(above image is taken from the informant’s Instagram with their consent. It was posted February 4, 2018)
Note: The tradition was performed by the 18 year old informant (notated I), while the further explanation was supplied by her mother (notated M).
Performance: This tradition was performed on February 4, 2022 by the 18 year old informant. Further information was collected over a phone call March 4, 2022.
Transcript of the informant explaining the performance:
[Note: the informant didn’t really explain the tradition in detail because it was something I already knew about. In essence it’s the balancing of eggs on the 4th or 5th day of Chinese New Year, however the informant does it every February 4th for convenience. Further detail can be found in the transcript from my conversation with the informant’s mother.]
I: um like, and I only like, we never like did it every year until a couple years ago, but like it was a long time ago since we were still living in that old house, um it’s like a fun good luck thing, and I get to do a fun thing for Chinese New Year that I understand and don’t have to speak Chinese for it AND I get to, it’s always been like a fun thing to include other people on. Because, like, I post on Instagram and half the people are like oh my god it’s f***ing egg day and the other half are like what is happening, what is egg day, why is everybody in on this?
And then, y’know, when I came here [Australia], two people were like what the f*** are you doing? and I was like balancing eggs do you want to balance eggs? and they were like kind of. So, I don’t know, it’s also something you can use to connect with people. And be like “this is a fun culture thing.” I don’t know, I just enjoy it. It’s a fun way to connect with my culture. But like, in a very, un-serious way.
And it’s not like a *super important cultural practice*, y’know? So, it really is like anybody can do it.
Transcript of the informant’s mother explaining additional information about the tradition:
Me: What is the name of the tradition, and what’s its origin?
M: Origin, Chinese. The name is call 立春 (Lìchūn)
M: Spring time (春Chūn) is in the middle. Li (Lì立) is like you stand straight. that’s called li.
[FROM LATER IN THE TRANSCRIPT]
M: I don’t think this is from like, from China. I think China people don’t do that though I don’t know why. This is more like Taiwan people do that, Hong Kong, of course Malaysia, right. Singapore. I don’t know, I kind of shocked when I asked my neighbor, she’s from Shanghai. She said she never did it. Maybe is not from China, I don’t know, but Hainam, the Hainamese do that.
What is the origin or meaning behind this tradition?
W: So we do that on…the the the meaning behind doing this is just to start, it means that the new, the spring day is coming. Is a new day, so for a new year, so that’s why Chinese doing it on the Lunar calendar New Year, um usually count it like fifth days, fourth or 5th days after the Chinese New Year, count it, start from the first day. And, lichun leans that in the old time, all the farmer right? So when it’s time to plant, that is when they do this, is called lichun. Lichun is just to like, to tell that it’s time to plant and that it’s spring time.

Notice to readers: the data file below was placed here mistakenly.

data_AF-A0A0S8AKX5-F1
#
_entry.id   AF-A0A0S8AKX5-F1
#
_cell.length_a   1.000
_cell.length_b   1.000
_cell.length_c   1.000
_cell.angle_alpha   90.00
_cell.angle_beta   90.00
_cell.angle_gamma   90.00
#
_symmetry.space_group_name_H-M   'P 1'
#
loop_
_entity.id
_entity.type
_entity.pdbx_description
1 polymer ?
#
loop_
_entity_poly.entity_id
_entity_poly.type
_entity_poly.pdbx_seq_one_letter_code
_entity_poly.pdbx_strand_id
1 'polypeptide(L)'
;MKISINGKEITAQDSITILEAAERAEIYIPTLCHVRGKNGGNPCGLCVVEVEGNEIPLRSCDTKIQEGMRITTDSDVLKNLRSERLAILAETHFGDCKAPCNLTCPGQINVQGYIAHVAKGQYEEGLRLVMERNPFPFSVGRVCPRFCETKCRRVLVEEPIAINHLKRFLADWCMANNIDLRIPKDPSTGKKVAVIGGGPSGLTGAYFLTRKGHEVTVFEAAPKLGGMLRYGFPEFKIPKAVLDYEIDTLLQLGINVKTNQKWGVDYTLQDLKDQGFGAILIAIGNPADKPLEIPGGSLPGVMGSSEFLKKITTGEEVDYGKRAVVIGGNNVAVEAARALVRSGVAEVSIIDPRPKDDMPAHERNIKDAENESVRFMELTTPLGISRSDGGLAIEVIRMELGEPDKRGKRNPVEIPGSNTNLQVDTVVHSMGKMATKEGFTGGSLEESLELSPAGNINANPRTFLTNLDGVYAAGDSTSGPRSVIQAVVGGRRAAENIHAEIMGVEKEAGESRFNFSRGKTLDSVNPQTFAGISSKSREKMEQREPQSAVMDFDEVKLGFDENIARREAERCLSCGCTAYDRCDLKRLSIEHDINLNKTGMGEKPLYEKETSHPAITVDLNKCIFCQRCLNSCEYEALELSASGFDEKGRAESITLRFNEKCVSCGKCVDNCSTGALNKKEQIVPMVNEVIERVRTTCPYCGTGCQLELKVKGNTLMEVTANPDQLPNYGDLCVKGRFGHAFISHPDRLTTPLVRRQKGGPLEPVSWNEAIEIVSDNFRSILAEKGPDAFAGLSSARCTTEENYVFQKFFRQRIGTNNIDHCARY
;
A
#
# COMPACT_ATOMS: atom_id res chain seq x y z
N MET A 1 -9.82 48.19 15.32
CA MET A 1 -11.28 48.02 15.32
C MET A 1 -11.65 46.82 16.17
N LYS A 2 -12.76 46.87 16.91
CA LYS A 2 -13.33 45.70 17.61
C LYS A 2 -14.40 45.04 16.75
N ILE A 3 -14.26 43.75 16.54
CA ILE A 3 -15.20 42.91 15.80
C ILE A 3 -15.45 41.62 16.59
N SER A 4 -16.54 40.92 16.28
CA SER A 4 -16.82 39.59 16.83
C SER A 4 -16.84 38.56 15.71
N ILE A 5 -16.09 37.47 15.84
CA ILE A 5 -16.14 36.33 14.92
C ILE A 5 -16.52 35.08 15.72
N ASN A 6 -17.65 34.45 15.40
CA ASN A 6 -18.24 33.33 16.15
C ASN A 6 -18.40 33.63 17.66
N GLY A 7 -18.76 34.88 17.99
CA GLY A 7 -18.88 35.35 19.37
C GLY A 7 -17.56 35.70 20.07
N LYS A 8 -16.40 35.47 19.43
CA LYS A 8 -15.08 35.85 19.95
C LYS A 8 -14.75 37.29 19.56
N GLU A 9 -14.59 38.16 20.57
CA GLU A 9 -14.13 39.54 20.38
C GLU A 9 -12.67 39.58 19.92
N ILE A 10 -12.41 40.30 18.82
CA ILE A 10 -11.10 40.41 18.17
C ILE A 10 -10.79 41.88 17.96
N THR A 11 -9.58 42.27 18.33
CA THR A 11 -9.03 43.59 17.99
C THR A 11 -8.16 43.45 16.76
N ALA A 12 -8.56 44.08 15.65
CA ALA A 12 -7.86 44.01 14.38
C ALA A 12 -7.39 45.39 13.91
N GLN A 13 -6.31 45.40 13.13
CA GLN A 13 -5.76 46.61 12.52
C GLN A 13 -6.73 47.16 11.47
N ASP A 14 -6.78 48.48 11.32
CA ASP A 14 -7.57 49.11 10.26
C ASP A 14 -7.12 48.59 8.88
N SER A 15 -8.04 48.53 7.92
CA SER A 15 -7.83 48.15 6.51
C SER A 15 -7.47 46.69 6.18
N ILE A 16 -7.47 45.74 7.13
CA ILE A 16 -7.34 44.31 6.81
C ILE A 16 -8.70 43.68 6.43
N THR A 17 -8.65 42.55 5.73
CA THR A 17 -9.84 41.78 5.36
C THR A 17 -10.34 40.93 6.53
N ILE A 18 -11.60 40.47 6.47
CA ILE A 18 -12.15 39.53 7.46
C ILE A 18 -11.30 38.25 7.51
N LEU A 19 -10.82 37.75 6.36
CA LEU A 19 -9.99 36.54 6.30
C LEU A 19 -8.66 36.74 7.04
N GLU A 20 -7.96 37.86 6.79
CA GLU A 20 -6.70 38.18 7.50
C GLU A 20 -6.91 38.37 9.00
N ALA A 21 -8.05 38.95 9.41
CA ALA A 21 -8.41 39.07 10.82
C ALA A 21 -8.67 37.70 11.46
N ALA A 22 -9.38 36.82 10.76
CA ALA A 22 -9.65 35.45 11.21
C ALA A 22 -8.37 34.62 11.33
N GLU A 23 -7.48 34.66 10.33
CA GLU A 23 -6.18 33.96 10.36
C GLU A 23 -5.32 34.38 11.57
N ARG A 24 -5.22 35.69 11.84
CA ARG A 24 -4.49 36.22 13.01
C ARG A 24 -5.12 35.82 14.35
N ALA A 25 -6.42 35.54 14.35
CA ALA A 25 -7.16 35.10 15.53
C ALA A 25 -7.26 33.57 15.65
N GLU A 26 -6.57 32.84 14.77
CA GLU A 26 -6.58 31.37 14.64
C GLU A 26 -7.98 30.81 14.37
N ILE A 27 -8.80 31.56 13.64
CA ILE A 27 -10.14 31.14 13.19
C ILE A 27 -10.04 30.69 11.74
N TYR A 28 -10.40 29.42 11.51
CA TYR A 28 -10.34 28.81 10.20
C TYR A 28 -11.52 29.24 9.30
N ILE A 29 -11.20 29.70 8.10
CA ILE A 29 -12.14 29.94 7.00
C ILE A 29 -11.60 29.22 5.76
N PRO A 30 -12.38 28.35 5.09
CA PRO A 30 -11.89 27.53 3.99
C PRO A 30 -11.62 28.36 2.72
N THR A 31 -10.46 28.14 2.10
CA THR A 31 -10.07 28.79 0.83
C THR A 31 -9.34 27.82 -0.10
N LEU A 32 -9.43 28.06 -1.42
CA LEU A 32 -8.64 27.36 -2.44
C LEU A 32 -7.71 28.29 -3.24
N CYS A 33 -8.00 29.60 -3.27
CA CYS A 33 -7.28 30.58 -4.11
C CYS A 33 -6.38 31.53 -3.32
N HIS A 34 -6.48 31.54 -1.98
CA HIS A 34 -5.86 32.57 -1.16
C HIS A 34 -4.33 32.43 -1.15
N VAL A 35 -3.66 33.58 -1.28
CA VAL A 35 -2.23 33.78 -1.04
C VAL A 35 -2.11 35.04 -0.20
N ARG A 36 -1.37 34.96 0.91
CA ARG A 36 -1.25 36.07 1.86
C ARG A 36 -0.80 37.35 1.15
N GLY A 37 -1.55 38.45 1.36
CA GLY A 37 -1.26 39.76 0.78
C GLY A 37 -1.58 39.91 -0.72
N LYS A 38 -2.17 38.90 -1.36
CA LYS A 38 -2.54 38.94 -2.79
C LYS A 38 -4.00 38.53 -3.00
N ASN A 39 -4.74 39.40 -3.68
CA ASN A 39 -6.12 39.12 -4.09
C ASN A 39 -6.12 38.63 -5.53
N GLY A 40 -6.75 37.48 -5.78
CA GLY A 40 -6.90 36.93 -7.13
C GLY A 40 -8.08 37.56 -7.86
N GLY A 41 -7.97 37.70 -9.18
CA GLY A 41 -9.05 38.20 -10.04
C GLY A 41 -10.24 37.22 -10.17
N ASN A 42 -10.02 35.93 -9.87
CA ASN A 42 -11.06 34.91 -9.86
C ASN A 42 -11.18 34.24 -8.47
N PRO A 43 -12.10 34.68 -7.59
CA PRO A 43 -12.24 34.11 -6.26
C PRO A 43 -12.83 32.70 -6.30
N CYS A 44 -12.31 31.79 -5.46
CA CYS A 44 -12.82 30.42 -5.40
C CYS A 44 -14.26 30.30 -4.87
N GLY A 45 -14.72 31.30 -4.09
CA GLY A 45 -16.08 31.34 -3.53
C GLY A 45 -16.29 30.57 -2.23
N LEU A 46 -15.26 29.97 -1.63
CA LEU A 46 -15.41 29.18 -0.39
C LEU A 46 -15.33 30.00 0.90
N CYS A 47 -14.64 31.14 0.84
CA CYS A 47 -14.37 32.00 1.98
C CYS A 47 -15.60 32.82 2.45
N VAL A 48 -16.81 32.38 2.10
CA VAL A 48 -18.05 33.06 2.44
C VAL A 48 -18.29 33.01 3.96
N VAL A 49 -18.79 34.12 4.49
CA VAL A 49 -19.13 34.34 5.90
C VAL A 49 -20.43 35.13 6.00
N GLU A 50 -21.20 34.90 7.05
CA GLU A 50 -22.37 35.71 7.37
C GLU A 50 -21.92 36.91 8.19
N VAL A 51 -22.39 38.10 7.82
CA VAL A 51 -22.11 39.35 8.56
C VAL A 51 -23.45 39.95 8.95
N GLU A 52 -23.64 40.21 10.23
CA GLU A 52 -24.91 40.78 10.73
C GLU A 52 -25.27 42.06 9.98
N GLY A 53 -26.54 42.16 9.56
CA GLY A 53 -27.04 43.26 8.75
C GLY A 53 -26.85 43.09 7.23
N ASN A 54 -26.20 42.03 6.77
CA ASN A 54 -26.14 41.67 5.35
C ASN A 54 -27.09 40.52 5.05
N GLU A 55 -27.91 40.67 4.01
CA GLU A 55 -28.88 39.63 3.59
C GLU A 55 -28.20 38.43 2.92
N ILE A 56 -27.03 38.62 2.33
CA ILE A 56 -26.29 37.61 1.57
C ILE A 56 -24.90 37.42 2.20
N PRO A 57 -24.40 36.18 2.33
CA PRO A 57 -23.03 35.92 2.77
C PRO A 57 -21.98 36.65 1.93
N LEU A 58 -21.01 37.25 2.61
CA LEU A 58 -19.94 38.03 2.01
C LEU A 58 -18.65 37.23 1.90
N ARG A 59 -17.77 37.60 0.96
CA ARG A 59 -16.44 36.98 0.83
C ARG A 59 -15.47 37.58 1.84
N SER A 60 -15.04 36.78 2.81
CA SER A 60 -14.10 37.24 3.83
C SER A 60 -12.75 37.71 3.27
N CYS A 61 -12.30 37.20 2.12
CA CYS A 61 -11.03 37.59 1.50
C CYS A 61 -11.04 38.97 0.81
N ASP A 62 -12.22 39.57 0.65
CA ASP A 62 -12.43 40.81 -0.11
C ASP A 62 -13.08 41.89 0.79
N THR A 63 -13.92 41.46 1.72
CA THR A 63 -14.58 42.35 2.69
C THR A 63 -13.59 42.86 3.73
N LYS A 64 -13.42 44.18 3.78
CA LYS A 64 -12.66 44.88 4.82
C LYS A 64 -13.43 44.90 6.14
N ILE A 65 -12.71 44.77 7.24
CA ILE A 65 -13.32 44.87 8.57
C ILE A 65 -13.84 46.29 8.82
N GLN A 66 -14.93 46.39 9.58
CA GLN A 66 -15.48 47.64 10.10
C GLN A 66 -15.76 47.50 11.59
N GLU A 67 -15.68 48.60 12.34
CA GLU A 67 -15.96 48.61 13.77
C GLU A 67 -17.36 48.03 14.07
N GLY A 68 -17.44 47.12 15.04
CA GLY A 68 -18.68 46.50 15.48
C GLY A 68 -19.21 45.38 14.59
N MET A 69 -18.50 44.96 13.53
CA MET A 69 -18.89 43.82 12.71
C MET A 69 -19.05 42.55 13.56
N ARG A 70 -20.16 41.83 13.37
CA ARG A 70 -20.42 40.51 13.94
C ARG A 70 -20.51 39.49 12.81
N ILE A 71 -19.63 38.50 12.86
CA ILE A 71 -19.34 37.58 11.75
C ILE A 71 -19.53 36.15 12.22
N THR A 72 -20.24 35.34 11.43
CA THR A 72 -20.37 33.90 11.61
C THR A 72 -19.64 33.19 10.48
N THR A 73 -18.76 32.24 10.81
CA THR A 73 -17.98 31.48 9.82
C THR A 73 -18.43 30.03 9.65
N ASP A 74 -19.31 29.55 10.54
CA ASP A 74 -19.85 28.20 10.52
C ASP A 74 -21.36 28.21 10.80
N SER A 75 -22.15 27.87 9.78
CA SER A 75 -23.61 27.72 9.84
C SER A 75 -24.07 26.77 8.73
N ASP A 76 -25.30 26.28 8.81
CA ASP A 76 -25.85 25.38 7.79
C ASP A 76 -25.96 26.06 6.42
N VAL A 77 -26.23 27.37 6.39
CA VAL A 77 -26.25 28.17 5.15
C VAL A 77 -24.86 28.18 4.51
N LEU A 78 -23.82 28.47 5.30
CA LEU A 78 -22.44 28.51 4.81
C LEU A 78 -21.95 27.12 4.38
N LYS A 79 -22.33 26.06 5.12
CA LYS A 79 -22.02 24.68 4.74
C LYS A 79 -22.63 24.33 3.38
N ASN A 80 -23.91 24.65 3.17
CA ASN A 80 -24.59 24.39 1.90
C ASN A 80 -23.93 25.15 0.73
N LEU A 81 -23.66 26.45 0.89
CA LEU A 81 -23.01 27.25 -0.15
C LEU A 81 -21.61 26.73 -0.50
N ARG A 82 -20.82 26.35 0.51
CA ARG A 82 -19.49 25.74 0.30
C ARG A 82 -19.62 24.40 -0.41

so this standing the eggs thing is just a…they believe the Earth is tilted on that particular day, that is straight. straight down like this that means it balance on both sides right. And somehow, I don’t know when it started, that they tested it… you can actually balance, because egg is the only thing that is not, you know, that is impossible to stand an egg. but on that day, actually they tried it, it worked, so it’s proof that the Earth is actually really straight and with the strong gravity. So we do that, then of course why they say do that is because to bring good luck in, into your house, prosperities. so that’s why Chinese do that during Chinese New Year, and then during Chinese New Year you want to bring good luck, you want to bring money into your house, so doing that means that, so you stand an egg, means that if it happens, if you’re successfully, you can do it, means that you have good luck. Then you let it stand in your house. I always let it stand for 15 days because Chinese New Year is 15 days so-
I: It means I have great luck.
M: So Chinese New year is always 15 days, right? And so a lot of celebration going on the 7 day, the 15 days, it depends on what you origin from. So like you’re Hawkin you do it differently, if you are Hainamese you do it differently, so all of it if you are different province you have different belief.
This tradition is particularly fascinating to me, because it displays an awareness that the Earth is not perfectly upright. While this tradition fulfills typical traits of many Chinese New Year traditions – an association with good fortune, it also differs greatly by balancing eggs. While the informant’s mother said that they balance eggs on this particular day because eggs are not perfectly round (and are difficult to balance), I also wonder if it’s because eggs are supposed to be a potential reflection of the world balancing on this particular day. Many ideas of world eggs are discussed in Venetia Newall’s Easter Eggs. While none of them particularly match Egg Day, they share an idea of an egg as something greater than just an egg.
For additional discussions of Eggs and their significance to folklore, go to:
Newall, Venetia. “Easter Eggs.” In The Journal of American Folklore, Vol. 80, No. 315. (Jan. – Mar., 1967), pp. 3-32.